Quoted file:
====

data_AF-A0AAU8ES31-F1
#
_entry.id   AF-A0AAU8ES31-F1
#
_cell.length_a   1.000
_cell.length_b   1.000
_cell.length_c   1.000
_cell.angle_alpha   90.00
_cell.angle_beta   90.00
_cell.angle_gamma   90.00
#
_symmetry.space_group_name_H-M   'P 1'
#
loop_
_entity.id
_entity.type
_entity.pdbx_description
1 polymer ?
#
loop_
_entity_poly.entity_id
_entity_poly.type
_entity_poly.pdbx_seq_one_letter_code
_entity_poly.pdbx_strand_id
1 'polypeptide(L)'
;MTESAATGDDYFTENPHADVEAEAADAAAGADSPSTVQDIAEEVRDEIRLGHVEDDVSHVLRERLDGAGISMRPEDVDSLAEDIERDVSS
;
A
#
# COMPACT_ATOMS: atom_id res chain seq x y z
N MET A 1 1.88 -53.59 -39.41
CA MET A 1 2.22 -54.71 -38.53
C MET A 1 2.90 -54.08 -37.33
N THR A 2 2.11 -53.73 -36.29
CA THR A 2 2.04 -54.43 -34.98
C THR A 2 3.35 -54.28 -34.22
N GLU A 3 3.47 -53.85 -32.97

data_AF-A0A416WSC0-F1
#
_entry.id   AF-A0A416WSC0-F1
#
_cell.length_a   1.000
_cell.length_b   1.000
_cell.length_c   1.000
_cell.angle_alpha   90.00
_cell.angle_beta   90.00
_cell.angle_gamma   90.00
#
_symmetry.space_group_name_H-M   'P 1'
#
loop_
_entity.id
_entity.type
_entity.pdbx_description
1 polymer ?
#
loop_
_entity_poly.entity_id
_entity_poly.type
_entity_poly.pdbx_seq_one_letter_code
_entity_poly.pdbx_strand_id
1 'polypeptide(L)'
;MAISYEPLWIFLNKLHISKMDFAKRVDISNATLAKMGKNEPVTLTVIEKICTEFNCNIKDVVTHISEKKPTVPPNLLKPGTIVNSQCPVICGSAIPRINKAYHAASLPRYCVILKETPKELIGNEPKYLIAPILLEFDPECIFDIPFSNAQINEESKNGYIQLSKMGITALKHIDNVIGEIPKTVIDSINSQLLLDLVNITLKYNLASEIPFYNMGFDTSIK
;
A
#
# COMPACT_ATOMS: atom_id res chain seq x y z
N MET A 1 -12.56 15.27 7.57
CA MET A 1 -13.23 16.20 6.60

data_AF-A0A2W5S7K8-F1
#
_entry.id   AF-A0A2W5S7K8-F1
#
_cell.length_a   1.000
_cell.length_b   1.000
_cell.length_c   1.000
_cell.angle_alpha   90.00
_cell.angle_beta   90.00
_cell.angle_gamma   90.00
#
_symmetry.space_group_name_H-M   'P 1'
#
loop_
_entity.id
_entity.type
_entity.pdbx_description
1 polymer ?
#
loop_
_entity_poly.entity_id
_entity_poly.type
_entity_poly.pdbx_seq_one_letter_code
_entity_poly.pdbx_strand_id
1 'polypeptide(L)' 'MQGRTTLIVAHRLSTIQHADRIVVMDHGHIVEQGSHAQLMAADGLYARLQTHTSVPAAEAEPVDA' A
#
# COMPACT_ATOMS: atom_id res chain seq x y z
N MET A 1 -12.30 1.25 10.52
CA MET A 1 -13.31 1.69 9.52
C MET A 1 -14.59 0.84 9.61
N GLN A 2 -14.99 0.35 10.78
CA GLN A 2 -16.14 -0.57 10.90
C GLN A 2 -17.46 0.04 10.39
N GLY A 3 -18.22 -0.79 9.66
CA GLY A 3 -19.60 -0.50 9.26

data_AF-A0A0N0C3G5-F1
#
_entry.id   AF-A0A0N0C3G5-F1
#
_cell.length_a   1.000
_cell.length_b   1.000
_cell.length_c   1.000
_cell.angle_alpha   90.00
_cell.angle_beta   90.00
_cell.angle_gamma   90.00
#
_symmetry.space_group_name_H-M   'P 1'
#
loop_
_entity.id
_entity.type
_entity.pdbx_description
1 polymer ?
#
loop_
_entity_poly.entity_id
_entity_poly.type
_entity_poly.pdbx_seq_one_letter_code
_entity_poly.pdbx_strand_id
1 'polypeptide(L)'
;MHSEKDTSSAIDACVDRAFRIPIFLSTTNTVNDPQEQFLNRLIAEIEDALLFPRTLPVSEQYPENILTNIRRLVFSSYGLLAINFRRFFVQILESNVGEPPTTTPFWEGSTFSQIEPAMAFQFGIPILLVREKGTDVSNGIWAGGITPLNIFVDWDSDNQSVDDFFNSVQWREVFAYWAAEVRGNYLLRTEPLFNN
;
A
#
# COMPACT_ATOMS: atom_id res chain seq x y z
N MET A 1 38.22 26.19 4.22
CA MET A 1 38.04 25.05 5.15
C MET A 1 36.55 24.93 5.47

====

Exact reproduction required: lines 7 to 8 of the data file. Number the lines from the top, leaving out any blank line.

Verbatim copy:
_cell.length_c   1.000
_cell.angle_alpha   90.00